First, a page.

New Year. New Future.

Posted on January 2, 2023


I haven’t written a blogpost for some time now and so it makes sense, as one of my New Year’s resolutions, to try again with something that brought me so much joy and connection (the two are connected) when I used to blog regularly.

That is just one of my many resolutions this January. I don’t normally subscribe to making promises to myself and others, promises that I know (in my heart of hearts) that I will struggle to keep. But needs must this year because last term I made the significantly life-altering decision to step down from headship, a job that I have loved at a school that I still love, with colleagues and kids that I will continue to love as best I can in the future.

I leave at the end of the academic year and so those resolutions all relate to working out what comes next for me. I turn 51 tomorrow and so this is going to be an important time to find the resolve to turn my ideas into plans that will sustain me beyond this abrupt career change.

So, why have I chosen to leave if there are no firm plans in place for the next phase of my career?

To some extent I can leave that for others to outline. This week, a Guardian article captured some of the sense of what has driven this decision for me. You can find it here. It was followed up by this blogpost from the twitter user @oldprimaryhead1. The post speaks to me and, to some extent for me, when it ways:

“Education feels broken. As though we are cascading towards a watershed moment where school leadership becomes nothing but dark, confusing and unfulfilling. There was a time when being a school leader meant something. It’s harder to feel that right now. Post pandemic, as a school leader I feel more abused, more hated, less appreciated and generally less effective than at any other time during my 20 year tenure as a head teacher.”

The author also talks about desperation, fear and “an overbearing sense of inadequacy”, and this resonates with something that I have been wrestling with for some time now. I have been open with colleagues as I went through a period of counselling with the excellent Education Support through our employee assistance programme with them. This wasn’t enough for me, but it did provide me with an important insight, that if I continued to feel those same stresses then making the decision to leave the job would be a sensible one for me, for my health and happiness, both of which have come to mean more to me since hitting the big 5-0. I also came to the conclusion that leaving would be the best thing for the colleagues and kids who make up the community that is the school I serve.

It feels strange to know that the new year will bring with it applicants for my job, the TES advert for which can be found here. I already have some appointments lined up to show potential applicants around the school I have led for more than eight years (how time flies). If all goes well, a principal-designate will be in place before February half-term, “someone with energy and resilience” as Old Primary Head puts it. In the longer term, my hope is that the landscape for education, and for schools in particular, will change for the better but that is going to take some significant investment from government that doesn’t appear on anyone’s agenda at this time.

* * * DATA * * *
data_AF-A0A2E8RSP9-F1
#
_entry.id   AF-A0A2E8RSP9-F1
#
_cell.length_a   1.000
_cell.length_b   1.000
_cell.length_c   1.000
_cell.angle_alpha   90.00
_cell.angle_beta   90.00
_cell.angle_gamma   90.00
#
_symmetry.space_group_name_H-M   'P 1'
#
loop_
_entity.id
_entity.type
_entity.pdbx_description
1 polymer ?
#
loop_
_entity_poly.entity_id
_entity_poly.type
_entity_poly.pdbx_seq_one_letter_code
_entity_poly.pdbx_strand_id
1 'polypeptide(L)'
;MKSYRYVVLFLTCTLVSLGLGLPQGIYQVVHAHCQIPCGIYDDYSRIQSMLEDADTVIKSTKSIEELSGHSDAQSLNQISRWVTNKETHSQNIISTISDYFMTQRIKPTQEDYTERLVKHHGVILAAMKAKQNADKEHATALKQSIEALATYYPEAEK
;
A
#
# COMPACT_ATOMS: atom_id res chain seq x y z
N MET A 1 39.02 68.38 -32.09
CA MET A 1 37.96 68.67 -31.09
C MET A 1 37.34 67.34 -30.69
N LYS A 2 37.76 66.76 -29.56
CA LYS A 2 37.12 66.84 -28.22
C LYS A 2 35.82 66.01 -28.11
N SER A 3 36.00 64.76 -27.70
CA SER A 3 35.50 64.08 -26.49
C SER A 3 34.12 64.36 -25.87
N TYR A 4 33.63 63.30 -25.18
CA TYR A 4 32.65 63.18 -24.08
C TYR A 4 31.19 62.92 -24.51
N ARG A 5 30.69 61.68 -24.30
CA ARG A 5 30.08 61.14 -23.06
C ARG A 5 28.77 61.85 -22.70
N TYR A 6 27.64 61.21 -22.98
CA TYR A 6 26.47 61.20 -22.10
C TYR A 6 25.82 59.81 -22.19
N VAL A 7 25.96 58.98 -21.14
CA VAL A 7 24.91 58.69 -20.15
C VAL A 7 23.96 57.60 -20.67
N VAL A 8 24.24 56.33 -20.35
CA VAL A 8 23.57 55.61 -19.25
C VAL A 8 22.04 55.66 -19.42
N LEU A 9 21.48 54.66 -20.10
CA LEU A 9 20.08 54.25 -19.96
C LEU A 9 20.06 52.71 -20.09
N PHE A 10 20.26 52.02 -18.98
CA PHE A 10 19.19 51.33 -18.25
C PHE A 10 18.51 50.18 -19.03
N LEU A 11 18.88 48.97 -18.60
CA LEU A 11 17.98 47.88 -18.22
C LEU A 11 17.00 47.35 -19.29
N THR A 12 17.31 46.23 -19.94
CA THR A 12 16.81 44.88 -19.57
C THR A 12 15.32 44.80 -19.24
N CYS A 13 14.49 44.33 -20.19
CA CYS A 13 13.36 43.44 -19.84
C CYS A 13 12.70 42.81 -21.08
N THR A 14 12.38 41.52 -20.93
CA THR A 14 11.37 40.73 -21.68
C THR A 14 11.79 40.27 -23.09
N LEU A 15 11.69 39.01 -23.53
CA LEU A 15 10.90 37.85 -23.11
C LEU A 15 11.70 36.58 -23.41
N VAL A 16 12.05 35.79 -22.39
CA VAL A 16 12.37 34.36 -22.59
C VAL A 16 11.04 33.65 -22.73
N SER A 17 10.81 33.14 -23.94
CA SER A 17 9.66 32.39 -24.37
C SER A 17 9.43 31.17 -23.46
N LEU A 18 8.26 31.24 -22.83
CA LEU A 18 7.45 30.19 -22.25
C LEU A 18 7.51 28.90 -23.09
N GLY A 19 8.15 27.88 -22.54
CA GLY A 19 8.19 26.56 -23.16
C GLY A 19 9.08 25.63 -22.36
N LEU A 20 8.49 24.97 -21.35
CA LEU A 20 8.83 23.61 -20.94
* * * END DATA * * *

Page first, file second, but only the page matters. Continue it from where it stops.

So what next for me? What ideas in need of plans? There are two strands of work that interest me greatly in my post-headship career. The first is working with school leaders to support them through more effective forms of supervision than are the norm for our profession at present. For this reason, one of my resolutions is to successfully complete my Diploma in Groupwork Practice with the Institute for Group Analysis this year. I want to use this learning, alongside my previous professional development and my experience in the role of headteacher, to support those who take on the vital work of school leadership.

My second resolution is to build upon the work around complexity and school leadership that began with my Doctorate in Management with the University of Hertfordshire’s Complexity and Management Centre. Having now re-found my voice through this blogpost, I aim to keep using it to work with school leaders to make better sense of their practice. I have already published a summary of my thesis in a chapter of Complexity and Leadership, published by Routledge last autumn. If anyone reading this, or this post, wants to know more then you can DM me via twitter and I can send the link to the full thesis.

As part of my transition from headship, I will also be participating in the Complexity Management Weekend – Leading in Education course being run by UH’s Complexity and Management Centre in conjunction with Roffey Park Institute. The event takes place on the 11th and 12th March 2023 and is for school and college leaders who already have an interest in complexity theories, enabling them to see “how far the rabbit hole goes”. The work I did for my doctorate has shown me that belonging to a ‘community of inquiry’ is important, and my hope is that participants on the Complexity Management Weekend will want to continue working together beyond the two days in March.

And my final, and most important, resolution is to finish well as a headteacher. To continue to be there for the children and adults of the school that I have been honoured to lead for so many years, and to help them manage the transition that began with my announcement last term and will end with a new era for the school community.

In spite of the challenges that 2022 posed for me, especially in coming to this incredibly difficult decision, I feel positive (if nervous) about the future. I can’t help but hope. There is still too much good in people, not least of all those working in schools and colleges, to think anything else than that the tunnel will give way to the light eventually.

Posted in: Uncategorized